MORE: Domain name trends for 2024

Popular examples of domain hacking include:

  • Instagr.am,
  • Bit.ly,
  • Cash.app,
  • Pep.si,
  • Nyti.ms.

Takeaway Points

The more your online business grows, the more interesting you will be to cybercriminals. You need to make sure that your domain name is safe and that your cybersecurity efforts are constantly evolving.

Losing a domain name to a hijacker can destroy your brand and make you lose your entire customer base. The trouble is, laws against hijacking are not yet established, so the best cure is prevention.

If you still haven’t chosen your domain name, we can help you. Use our domain name generator to get 1,000+ name ideas for free. We use AI to come up with catchy, memorable names for your website.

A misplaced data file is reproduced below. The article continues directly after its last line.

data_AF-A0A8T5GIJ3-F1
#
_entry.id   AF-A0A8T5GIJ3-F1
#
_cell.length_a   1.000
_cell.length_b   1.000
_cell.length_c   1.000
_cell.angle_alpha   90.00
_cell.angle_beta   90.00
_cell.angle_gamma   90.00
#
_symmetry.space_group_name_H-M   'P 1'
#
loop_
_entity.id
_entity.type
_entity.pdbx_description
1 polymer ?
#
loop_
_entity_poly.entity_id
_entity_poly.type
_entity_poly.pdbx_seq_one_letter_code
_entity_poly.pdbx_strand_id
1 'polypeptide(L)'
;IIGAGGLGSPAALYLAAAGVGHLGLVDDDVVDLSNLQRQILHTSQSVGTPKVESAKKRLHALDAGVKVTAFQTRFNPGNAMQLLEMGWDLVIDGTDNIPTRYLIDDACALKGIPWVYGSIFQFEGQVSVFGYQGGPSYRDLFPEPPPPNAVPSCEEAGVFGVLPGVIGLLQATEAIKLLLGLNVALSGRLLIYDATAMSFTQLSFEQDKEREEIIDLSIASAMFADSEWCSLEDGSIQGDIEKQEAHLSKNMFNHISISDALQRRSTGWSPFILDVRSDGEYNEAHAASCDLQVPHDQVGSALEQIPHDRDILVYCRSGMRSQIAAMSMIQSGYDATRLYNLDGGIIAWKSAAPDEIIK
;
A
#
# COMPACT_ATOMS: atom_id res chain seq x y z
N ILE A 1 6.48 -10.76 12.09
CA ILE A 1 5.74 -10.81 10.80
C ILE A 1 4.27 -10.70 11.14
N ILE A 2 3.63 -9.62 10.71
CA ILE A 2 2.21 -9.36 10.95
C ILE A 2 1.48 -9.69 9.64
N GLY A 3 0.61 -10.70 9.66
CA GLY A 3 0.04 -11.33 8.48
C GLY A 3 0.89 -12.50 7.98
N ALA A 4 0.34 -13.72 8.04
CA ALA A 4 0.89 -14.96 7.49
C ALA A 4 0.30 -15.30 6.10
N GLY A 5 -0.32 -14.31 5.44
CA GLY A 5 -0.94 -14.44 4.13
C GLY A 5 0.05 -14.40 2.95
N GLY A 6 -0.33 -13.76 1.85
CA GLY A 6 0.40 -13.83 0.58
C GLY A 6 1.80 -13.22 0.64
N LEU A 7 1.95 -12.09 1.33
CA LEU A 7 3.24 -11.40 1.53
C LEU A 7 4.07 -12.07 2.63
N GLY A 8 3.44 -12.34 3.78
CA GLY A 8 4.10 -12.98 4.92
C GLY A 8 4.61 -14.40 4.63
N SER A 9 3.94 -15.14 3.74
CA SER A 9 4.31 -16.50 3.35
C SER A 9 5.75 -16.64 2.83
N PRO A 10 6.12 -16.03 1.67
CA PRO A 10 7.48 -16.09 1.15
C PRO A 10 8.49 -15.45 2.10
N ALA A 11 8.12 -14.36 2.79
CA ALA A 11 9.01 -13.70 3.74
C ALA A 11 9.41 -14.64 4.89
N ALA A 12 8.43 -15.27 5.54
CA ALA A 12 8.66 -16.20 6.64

Frequently Asked Questions (FAQ)

Famous examples of domain hijacking include:
  • Sex.com,
  • Google (Vietnamese ccTLD),
  • Lenovo,
  • 117 Microsoft subdomains,
  • Cafax,
  • Hypixel.

A domain hijacking attack is when someone gets hold of your domain name’s login credentials and changes ownership details. This happens through unauthorized work, such as social engineering, phishing, changing DNS records, and hacking routers.

The most common way to commit hijacking is through social engineering, i.e., getting domain name owners to share sensitive information with you through various psychological tactics. Hijacking can happen when an attacker gains access to someone’s email and resets the passwords to their domain name registrar’s account.